Piers Morgan must have known about phone hacking at the Daily Mirror, says a former columnist in testimony Wednesday in London. Piers Morgan testified Tuesday that he never took part in the illegal phone hacking.
(AP Photo/Jae C. Hong)
Phone-hacking was widespread at Piers Morgan's Daily Mirror, a former columnist at the tabloid said on Wednesday, as an official inquiry unearthed further evidence of the illegal practice in the British press.
James Hipwell, fired from the Mirror in 2000 and later jailed for illegal share dealing linked to his financial column, said he witnessed hacking going on daily in 1999 by Mirror showbusiness reporters working a few feet from his own desk.
Hipwell said he believed the practice was sanctioned by senior editors, although he had not seen it taking place in the presence of Morgan, who edited the newspaper from 1995 until 2004, or discussed in front of him.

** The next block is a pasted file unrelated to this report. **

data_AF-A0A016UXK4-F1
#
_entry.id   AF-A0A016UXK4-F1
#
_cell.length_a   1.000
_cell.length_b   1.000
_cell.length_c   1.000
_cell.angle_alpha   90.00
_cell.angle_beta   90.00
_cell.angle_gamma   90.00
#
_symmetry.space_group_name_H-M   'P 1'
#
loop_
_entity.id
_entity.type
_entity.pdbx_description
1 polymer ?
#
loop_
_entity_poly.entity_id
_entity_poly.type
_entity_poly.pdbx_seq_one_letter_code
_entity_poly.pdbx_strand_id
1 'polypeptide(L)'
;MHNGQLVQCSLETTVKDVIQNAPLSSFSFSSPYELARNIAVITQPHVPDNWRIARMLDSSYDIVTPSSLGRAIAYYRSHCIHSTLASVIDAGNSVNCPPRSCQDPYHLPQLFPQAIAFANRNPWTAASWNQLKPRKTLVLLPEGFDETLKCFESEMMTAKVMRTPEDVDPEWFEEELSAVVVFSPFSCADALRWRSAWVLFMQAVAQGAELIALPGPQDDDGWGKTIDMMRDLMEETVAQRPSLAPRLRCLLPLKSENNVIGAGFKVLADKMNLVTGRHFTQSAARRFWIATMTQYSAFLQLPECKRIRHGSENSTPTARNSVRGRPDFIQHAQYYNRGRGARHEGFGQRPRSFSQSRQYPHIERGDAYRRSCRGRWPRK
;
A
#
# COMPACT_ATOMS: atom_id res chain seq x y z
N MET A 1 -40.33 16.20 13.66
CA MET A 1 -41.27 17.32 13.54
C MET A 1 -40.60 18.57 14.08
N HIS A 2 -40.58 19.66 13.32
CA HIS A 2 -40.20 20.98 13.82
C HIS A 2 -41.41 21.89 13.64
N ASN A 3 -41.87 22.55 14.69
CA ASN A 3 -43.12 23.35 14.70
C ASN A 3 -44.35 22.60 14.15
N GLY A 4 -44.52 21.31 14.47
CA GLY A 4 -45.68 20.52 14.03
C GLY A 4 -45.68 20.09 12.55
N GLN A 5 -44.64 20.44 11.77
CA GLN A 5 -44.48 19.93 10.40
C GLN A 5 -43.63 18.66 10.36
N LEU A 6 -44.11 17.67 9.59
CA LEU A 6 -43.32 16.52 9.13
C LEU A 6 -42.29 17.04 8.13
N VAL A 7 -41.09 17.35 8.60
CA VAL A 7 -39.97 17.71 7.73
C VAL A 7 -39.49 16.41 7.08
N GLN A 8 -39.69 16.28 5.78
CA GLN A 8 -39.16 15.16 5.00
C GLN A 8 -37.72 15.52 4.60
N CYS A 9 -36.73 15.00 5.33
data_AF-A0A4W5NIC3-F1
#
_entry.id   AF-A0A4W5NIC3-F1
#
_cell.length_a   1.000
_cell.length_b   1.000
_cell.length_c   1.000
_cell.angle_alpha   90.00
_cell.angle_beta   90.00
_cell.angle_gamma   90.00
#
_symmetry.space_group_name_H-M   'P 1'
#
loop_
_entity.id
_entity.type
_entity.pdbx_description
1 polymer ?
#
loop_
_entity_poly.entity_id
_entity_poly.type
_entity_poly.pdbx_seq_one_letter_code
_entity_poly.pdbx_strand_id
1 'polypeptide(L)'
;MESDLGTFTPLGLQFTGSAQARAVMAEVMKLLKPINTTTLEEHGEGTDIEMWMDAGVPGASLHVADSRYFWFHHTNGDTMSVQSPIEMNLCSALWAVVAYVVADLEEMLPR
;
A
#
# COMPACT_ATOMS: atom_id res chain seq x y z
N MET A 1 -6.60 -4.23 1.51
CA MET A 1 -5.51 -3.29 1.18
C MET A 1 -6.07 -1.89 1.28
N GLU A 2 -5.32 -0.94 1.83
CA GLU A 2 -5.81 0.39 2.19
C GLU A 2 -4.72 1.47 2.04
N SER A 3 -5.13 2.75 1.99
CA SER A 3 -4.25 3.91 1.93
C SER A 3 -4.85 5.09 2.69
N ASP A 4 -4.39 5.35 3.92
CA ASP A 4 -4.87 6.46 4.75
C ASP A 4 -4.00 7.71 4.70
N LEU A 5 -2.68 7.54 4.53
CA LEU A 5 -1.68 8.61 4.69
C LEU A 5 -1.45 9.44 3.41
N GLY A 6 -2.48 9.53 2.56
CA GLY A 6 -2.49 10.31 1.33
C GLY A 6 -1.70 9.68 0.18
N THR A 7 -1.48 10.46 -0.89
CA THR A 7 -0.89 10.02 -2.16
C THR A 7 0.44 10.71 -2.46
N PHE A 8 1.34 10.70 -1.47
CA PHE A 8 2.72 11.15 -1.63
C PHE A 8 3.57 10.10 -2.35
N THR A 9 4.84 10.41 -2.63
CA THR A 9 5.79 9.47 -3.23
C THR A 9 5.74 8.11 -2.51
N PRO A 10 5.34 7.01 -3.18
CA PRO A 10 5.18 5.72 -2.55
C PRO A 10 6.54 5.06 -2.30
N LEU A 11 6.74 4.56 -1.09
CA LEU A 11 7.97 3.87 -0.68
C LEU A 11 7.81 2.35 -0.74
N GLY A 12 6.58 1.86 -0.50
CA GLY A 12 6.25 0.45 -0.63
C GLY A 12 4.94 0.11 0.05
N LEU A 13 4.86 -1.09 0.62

"It seemed to me that what they were doing was entirely accepted by the senior editors on the newspaper," he told the Leveson Inquiry into press standards. "I think it was seen as a slightly underhand thing to do but not illegal."
Morgan, now a CNN talk-show host in the United States, edited the Rupert Murdoch tabloid at the heart of the phone-hacking scandal, the News of the World, from 1994 to 1995 before going on to edit the Daily Mirror from 1995 to 2004.
Murdoch's News Corp has admitted people working for the News of the World hacked into the phones of celebrities, politicians and others. It paid 2 million pounds ($3 million) to the parents of a murdered shoolgirl whose phone was hacked.
The scandal has damaged the reputations of politicians and senior police officers close to Murdoch's media group.
The inquiry led by senior judge Brian Leveson has already heard evidence that phone-hacking was not confined to the News of the World, which Murdoch shut down in July.
Hipwell told the inquiry he had the impression hacking had been a "bog-standard journalistic tool" for gathering information at the Mirror when edited by Morgan.